Tuesday, August 11, 2020

The Last Mammoths Lived After the Great Pyramid

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When you think of a woolly mammoth and the end of the last Ice Age, most people think they were gone right around the time people started to build cities. All the giant ancient mammals and birds were dead or dying out some 10,000 to 15,000 years ago. Well…. not ALL of them.

Image: She’s smiling because she survived… well, a few more thousand years.

The youngest mammoth bones yet found were around 4,000 years old. For perspective, the pyramids at Giza are around 4,5000 years old. Hypothetically, a Pharaoh could’ve met a mammoth. The Pharaoh would just have to travel North. FAR north.

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Image: Not shown, Imhotep and his pet mammoth, Biggie Smalls.

A team of international researchers have published a study in Quaternary Science Reviews looking at the last known mammoth population and what might have killed them. These mammoths had become pygmies, shrinking and holding out on Wrangel Island way up in the Arctic Ocean. The last mainland mammoths had been killed, eaten, or died off due to habitat loss around 7,000 years ago.

The small population likely lead to inbreeding or adaptive changes, and eDNA studies show genetic changes dealing with their fat metabolism.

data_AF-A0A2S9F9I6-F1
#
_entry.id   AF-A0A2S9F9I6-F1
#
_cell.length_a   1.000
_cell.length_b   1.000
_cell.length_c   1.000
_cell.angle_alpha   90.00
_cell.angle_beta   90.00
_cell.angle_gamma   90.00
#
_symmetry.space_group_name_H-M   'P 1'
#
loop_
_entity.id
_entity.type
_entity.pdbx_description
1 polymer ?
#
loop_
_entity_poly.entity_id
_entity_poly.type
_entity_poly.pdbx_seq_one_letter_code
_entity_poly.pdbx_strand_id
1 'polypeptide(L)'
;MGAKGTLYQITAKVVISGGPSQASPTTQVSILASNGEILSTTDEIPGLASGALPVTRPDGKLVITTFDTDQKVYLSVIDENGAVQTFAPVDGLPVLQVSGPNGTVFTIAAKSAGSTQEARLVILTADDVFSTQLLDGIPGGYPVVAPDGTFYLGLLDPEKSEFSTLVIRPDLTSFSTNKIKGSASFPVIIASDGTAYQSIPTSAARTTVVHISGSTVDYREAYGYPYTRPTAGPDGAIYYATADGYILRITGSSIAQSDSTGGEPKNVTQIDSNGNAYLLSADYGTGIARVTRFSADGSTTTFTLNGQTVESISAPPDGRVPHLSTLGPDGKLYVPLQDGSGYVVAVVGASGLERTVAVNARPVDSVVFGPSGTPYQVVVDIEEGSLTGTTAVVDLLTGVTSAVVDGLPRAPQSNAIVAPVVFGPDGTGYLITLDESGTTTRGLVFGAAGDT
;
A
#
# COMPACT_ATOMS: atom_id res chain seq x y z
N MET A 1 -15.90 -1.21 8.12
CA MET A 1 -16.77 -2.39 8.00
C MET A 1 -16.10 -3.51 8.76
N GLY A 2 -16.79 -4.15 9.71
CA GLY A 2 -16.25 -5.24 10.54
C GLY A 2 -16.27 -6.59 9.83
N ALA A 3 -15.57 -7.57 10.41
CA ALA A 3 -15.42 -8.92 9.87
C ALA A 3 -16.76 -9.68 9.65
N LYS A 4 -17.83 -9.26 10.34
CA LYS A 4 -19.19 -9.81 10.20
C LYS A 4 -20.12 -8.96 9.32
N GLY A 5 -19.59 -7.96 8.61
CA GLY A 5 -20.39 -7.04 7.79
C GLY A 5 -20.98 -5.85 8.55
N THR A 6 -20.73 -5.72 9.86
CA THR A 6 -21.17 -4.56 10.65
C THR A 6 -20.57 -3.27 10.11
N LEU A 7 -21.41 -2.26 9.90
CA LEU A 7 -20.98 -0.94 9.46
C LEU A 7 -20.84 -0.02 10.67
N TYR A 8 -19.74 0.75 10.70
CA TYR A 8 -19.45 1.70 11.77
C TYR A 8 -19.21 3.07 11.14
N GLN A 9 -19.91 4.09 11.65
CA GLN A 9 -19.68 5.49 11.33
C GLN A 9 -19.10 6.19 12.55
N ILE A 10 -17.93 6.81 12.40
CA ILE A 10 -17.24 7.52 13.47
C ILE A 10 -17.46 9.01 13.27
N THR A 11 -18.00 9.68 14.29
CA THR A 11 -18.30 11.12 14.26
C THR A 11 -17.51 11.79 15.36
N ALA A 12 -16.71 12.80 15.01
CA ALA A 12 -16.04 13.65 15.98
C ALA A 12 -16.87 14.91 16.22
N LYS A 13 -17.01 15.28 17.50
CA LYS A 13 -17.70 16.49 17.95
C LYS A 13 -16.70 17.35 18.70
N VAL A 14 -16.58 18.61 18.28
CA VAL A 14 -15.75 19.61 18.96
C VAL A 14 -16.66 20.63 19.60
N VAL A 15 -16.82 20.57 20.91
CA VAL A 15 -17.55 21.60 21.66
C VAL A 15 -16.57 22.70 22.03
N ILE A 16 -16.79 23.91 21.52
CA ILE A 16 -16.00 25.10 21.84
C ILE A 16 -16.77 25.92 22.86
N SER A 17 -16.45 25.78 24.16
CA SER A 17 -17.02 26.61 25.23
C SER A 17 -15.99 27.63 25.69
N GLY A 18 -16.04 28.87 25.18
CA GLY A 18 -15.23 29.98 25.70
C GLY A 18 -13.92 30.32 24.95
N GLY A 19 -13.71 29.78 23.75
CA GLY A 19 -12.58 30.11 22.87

“We think this reflects the tendency of Siberian mammoths to rely on their reserves of fat to survive through the extremely harsh Ice Age winters, while Wrangel mammoths, living in milder conditions, simply didn’t need to.” – Dr. Laura Arppe, University of Helskni

This may have spelled their end during some harsh winters. There also appears to have been issues with their island drinking water. Researchers speculate that an extreme weather event or other short-term climate issue might’ve done in this tiny surviving population.

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Well, that explains me. I am a mammoth living in harsh winters, storing fat.

What extinct animal do you find most fascinating? Let Nerdbot know in the comments!

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